A Flow General Inc. subsidiary was fined $30,000 yesterday by a U.S. judge in Alexandria for illegally buying inside information to help win a $2.6 million Army computer contract in 1980.

U.S. District Court Judge Albert V. Bryan Jr. imposed maximum $10,000 fines on each of three criminal conspiracy and corruption charges against the firm. The subsidiary, General Research Corp., pleaded guilty to the charges last month in U.S. District Court in Alexandria.

In exchange for the plea, federal prosecutors agreed to drop six counts of an original 20-page indictment and dismissed all charges against five company employes.

"We're glad to have the matter behind us," company representative Douglas Poretz said yesterday. He declined to comment on whether the case might lead to General Research being barred from future government contracts.

General Research has several hundred employes and offices in McLean, Santa Barbara, Calif., and elsewhere. Last year, its management systems division held government contracts worth $10.7 million, with $8.9 million of it defense-related. The firm, which is engaged in the design of sophisticated computer software, accounted for 75 to 80 percent of Flow General's $40 million in defense-related revenues in 1981, according to Poretz.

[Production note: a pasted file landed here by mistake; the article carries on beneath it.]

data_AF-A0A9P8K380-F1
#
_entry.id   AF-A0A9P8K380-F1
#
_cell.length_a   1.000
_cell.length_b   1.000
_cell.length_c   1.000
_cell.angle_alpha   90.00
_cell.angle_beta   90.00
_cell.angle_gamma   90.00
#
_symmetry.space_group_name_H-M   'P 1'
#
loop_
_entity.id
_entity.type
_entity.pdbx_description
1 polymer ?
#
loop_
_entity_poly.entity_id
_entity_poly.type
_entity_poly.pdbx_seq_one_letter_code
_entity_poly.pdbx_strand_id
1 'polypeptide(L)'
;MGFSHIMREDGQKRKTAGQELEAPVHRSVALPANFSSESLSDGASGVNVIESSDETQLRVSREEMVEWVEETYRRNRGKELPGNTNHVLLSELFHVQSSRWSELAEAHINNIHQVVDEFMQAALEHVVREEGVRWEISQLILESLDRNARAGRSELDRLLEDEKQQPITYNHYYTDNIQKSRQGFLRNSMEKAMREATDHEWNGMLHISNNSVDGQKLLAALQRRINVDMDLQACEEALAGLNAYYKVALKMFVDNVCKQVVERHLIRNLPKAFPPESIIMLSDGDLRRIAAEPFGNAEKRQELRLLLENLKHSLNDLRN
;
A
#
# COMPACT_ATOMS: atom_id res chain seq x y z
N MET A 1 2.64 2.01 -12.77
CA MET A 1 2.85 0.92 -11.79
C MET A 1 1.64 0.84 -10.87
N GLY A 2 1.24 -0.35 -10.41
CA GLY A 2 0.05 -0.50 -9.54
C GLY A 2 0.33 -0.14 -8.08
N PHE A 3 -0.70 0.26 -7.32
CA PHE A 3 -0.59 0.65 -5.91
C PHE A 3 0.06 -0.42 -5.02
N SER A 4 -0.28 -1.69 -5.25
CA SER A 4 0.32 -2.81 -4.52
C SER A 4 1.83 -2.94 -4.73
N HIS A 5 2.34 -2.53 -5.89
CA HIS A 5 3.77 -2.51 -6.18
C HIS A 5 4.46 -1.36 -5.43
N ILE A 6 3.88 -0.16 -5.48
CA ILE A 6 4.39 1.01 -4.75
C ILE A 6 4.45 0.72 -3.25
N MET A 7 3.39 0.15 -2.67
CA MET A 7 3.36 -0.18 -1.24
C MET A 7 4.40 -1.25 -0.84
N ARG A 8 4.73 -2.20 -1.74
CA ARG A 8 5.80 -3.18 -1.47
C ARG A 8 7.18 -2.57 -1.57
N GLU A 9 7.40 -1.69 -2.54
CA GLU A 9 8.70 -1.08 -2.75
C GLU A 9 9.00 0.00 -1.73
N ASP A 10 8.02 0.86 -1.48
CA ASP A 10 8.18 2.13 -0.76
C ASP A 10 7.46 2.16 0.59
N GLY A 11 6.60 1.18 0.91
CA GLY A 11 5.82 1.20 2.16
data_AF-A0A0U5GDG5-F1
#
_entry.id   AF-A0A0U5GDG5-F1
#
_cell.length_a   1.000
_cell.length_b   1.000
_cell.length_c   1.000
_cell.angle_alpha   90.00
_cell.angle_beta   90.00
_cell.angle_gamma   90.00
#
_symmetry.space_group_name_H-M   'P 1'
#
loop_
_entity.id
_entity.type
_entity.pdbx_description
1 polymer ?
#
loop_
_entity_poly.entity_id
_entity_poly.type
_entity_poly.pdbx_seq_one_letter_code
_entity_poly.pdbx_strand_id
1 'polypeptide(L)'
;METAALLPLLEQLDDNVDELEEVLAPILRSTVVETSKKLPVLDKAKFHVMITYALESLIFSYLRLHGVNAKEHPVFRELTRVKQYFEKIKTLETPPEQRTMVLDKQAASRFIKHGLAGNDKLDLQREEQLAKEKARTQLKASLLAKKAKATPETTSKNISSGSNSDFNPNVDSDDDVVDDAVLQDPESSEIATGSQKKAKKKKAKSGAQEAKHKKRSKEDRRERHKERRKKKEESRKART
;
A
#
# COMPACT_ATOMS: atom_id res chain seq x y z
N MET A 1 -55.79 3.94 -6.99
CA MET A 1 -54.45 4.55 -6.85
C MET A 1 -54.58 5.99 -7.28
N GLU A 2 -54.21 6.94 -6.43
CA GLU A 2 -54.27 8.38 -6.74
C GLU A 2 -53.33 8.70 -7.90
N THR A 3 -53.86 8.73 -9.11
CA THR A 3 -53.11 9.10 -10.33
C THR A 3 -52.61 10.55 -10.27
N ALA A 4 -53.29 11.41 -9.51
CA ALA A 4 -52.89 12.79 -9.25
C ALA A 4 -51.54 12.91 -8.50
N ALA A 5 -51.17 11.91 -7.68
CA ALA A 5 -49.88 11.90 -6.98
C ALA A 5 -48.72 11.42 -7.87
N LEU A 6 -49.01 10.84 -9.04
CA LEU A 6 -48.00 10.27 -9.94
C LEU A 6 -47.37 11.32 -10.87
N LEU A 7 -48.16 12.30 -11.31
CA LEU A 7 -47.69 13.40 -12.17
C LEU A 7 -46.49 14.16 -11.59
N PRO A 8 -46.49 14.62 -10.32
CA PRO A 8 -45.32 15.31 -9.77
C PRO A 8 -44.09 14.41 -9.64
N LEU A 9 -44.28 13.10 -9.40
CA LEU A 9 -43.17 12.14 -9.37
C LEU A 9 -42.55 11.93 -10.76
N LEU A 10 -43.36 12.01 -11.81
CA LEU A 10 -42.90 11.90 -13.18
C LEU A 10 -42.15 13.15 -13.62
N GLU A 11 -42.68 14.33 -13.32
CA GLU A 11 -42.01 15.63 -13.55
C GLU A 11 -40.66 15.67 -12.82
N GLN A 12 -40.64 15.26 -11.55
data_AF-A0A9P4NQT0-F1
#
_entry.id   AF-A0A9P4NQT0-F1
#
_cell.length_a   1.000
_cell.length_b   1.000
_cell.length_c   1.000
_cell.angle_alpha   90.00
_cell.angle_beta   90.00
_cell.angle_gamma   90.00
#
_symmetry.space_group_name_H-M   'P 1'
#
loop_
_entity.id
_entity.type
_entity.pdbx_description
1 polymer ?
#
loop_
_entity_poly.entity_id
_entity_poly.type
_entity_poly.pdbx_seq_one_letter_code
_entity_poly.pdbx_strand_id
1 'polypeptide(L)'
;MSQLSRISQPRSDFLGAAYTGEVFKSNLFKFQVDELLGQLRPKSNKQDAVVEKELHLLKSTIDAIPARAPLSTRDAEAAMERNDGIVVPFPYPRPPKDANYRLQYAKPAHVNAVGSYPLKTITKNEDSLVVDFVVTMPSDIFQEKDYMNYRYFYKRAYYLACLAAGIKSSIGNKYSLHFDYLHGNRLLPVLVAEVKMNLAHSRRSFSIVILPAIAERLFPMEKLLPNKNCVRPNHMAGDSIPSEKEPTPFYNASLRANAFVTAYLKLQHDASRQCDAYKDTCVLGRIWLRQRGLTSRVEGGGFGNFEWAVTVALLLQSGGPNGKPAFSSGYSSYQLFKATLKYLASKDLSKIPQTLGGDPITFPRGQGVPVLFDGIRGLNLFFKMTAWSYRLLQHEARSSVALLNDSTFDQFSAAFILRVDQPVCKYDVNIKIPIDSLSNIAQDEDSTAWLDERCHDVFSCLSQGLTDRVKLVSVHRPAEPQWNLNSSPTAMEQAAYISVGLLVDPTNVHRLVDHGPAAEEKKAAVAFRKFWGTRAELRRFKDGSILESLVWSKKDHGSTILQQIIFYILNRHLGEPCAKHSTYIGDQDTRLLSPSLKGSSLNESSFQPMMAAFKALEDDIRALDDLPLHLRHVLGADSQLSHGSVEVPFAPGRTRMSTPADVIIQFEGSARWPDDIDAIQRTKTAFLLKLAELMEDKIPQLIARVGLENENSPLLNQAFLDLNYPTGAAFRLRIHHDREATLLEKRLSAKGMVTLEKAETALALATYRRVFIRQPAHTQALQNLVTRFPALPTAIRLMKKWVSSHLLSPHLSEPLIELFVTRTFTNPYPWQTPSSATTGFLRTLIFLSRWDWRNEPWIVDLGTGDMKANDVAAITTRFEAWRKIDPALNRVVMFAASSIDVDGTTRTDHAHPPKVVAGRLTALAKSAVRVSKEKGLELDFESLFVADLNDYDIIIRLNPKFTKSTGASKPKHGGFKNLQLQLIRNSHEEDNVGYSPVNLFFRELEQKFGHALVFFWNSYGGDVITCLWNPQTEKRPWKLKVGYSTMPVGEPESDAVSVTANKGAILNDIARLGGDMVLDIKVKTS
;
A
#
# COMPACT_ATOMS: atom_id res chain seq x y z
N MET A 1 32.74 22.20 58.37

Federal prosecutors contended that General Research improperly offered jobs and the promise of bonuses to two Army procurement officials intimately involved in development of a servicewide computer system for assigning Army personnel. Prosecutors charged that both men accepted the job offers in August 1980, about a month before they left the Army and five weeks before the contract was awarded to GRC.

During the interim, the two officials disclosed confidential information concerning two competing firms' bids and helped GRC tailor its proposal to meet Army specifications, the government said. One of the officials was considered the Army's in-house expert on the proposed system, prosecutors said at the time of the plea.

In one instance, General Research employe Paul G. Shinderman allegedly reviewed drafts of GRC's bid proposal and wrote one section of it while still an Army employe, according to a prepared statement issued by the U.S. Attorney's Office in Alexandria.

Shinderman and the other four employes resigned on May 24, the day General Research entered its guilty plea.

The charges--which Flow General President Joseph Hall earlier characterized as "technical violations"--included conspiracy, aiding government employes in actions that affected their own and the company's financial interests, and a federal revolving-door statute governing former government employes who enter private business.